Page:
June 2, 2021 12:00:16 pm
Written by Ceylan Yeginsu
Since March 2020, cruise ships carrying more than 250 people have been prohibited by the Centers for Disease Control and Prevention from sailing in U.S. waters. To start again, they need to follow a complex process that, in some cases, involves simulated cruises designed to test COVID-19 protocols. Hundreds of thousands of frustrated and restless cruise fans have lined up to be guinea pigs.
Jennifer Juenke is one of them.
“Ever since the CDC shut down the cruise industry, we have been living through a complete nightmare,” said Juenke, one of more than 250,000 people who signed up for a test sailing with Royal Caribbean, a major cruise company. “It has been too long, and we are just raring to go.”
On Tuesday, Royal Caribbean became the first cruise line to receive approval from the CDC to conduct simulated voyages, which are planned for its Freedom of the Seas ship starting from PortMiami in Florida in late June.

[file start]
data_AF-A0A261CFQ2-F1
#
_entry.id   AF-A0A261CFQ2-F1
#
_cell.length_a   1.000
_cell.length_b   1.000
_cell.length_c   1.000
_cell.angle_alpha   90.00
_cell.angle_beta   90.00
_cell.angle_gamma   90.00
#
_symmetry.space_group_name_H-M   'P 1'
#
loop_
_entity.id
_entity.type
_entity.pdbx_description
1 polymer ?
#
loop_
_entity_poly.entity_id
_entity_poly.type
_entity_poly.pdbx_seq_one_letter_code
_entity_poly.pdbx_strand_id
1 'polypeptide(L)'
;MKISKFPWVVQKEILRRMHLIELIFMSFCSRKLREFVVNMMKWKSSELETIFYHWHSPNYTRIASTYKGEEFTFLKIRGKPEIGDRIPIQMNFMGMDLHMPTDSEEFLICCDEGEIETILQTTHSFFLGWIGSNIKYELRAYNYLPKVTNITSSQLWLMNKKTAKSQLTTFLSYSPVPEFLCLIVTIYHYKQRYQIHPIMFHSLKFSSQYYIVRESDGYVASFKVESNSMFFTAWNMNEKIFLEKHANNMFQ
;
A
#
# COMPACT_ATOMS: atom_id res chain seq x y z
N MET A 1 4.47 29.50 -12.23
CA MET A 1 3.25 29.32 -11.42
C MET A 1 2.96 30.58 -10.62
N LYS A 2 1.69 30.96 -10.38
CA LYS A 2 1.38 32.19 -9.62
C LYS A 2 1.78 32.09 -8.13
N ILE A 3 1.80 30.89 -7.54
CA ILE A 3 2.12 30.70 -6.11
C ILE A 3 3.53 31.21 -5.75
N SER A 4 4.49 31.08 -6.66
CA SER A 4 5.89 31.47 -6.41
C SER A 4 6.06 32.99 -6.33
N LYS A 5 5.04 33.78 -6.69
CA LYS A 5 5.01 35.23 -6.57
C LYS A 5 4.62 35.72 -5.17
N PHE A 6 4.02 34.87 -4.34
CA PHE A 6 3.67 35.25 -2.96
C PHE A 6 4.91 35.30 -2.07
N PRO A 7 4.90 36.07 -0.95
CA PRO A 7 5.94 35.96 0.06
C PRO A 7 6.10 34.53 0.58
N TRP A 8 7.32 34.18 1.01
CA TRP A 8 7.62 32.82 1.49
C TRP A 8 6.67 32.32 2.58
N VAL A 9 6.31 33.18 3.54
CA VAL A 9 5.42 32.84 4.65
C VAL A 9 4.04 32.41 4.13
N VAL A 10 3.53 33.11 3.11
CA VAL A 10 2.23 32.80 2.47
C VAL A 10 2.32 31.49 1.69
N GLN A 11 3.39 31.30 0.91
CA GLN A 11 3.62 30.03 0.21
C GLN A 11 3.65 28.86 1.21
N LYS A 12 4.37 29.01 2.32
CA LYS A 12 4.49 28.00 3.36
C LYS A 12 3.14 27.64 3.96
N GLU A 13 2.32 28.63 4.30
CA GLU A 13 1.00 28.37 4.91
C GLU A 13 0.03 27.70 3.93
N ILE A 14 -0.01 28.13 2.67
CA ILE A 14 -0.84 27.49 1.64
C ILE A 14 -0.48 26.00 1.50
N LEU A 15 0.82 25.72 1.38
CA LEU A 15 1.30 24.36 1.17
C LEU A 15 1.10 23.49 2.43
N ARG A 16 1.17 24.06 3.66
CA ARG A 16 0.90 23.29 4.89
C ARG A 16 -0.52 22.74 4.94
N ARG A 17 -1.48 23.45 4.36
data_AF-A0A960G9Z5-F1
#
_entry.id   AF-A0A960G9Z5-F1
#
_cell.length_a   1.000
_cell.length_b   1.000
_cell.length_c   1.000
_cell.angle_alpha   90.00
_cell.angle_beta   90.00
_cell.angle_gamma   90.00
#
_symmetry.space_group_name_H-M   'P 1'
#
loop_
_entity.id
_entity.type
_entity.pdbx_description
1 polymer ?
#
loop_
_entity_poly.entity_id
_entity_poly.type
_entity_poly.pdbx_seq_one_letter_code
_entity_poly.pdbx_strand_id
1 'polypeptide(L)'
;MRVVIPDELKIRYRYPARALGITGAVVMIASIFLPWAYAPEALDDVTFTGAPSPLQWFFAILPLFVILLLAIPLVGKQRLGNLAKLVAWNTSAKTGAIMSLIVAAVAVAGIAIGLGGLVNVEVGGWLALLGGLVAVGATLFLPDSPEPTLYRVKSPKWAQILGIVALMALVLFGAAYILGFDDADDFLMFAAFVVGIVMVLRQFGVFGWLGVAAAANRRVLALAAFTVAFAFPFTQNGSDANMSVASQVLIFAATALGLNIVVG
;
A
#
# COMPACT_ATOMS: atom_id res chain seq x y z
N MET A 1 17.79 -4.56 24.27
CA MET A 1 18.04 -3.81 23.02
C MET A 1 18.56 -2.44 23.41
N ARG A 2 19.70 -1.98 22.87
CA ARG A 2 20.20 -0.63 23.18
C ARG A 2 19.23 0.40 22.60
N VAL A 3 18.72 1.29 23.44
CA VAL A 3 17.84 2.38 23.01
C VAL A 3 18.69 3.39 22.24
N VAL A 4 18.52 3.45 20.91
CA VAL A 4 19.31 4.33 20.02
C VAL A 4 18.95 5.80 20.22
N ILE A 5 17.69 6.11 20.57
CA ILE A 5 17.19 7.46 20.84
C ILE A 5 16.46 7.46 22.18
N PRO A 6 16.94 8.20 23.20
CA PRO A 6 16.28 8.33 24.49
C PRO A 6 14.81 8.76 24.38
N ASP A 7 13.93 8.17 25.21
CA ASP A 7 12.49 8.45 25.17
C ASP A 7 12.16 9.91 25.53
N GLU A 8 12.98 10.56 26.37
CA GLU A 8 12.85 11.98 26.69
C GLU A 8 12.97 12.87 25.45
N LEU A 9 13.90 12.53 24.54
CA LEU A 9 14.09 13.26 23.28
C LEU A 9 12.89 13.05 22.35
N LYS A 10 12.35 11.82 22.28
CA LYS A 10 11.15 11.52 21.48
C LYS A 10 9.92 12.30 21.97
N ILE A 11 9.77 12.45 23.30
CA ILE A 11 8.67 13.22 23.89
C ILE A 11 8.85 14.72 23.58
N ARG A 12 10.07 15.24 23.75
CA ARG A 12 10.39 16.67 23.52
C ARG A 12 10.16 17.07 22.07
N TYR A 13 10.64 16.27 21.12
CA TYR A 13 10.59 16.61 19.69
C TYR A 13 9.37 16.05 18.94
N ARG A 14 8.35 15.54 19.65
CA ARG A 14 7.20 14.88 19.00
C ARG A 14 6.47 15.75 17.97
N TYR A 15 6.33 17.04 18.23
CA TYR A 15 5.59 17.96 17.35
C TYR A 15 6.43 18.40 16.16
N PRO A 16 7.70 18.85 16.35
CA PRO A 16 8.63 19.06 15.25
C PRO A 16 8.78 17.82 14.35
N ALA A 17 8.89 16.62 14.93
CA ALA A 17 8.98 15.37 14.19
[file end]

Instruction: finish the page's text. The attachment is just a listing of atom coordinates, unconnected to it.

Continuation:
For some of the volunteers, it’s a way to offer support to the $150 billion industry, which has been decimated by the pandemic. For others it’s a chance to get a feel for what post-pandemic cruising will feel like. But for most who’ve raised their hands, it’s a way to sate their longing to get back on a boat after more than a year of being stuck onshore.
“The CDC has been holding us all captive and I really can’t wait any longer; I can’t wait until July,” said Justin Marks, a 59-year-old retired Alabama resident, referring to one target date that has been floated for when ships might start sailing.